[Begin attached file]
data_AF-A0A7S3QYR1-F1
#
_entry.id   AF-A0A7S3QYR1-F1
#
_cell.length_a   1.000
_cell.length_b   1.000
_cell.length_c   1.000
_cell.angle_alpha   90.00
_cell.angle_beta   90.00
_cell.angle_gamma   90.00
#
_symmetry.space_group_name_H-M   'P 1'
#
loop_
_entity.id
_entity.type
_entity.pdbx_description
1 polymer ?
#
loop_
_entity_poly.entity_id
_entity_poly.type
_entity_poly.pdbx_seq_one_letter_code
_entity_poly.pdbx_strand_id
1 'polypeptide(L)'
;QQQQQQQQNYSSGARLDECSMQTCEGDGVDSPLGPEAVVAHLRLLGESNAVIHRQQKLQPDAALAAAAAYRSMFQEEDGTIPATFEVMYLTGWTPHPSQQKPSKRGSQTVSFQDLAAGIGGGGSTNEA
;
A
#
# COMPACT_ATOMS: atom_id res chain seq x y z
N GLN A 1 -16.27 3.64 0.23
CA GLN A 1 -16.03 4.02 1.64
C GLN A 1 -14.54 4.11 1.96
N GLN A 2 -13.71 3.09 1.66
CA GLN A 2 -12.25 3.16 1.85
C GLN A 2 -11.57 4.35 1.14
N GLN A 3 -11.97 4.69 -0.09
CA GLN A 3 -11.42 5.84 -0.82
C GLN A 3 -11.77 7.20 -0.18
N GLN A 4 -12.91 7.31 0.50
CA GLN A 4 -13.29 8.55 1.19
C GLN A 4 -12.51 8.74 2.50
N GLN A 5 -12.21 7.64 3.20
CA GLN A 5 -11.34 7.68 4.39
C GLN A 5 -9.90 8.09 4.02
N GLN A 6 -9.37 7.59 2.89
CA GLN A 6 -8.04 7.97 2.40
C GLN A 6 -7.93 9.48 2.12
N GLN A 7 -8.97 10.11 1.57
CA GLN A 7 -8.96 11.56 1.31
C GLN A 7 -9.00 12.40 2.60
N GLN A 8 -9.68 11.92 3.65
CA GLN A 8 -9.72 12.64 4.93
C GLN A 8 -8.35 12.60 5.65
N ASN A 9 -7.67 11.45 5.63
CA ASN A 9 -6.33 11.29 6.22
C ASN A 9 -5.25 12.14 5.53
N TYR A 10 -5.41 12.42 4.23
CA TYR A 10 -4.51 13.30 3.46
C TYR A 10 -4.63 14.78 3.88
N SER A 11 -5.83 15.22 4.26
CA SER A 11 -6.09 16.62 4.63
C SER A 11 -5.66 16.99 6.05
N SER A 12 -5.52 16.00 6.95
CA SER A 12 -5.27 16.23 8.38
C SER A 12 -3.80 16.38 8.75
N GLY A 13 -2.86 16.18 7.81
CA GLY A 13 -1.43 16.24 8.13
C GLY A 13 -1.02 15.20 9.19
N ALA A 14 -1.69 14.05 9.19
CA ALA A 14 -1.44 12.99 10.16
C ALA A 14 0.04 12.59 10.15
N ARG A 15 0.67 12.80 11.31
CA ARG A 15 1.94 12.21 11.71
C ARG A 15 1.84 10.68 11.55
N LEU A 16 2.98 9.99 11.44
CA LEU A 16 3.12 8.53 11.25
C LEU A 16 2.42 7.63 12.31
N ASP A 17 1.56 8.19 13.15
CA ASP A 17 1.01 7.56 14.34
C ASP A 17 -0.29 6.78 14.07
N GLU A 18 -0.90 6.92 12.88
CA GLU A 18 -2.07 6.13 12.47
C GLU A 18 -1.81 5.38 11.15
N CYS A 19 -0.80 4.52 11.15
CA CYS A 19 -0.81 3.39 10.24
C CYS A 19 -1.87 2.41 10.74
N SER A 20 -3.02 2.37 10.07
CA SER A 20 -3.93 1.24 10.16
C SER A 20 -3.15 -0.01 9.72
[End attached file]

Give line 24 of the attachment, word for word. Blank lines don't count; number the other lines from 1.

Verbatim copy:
_entity_poly.pdbx_strand_id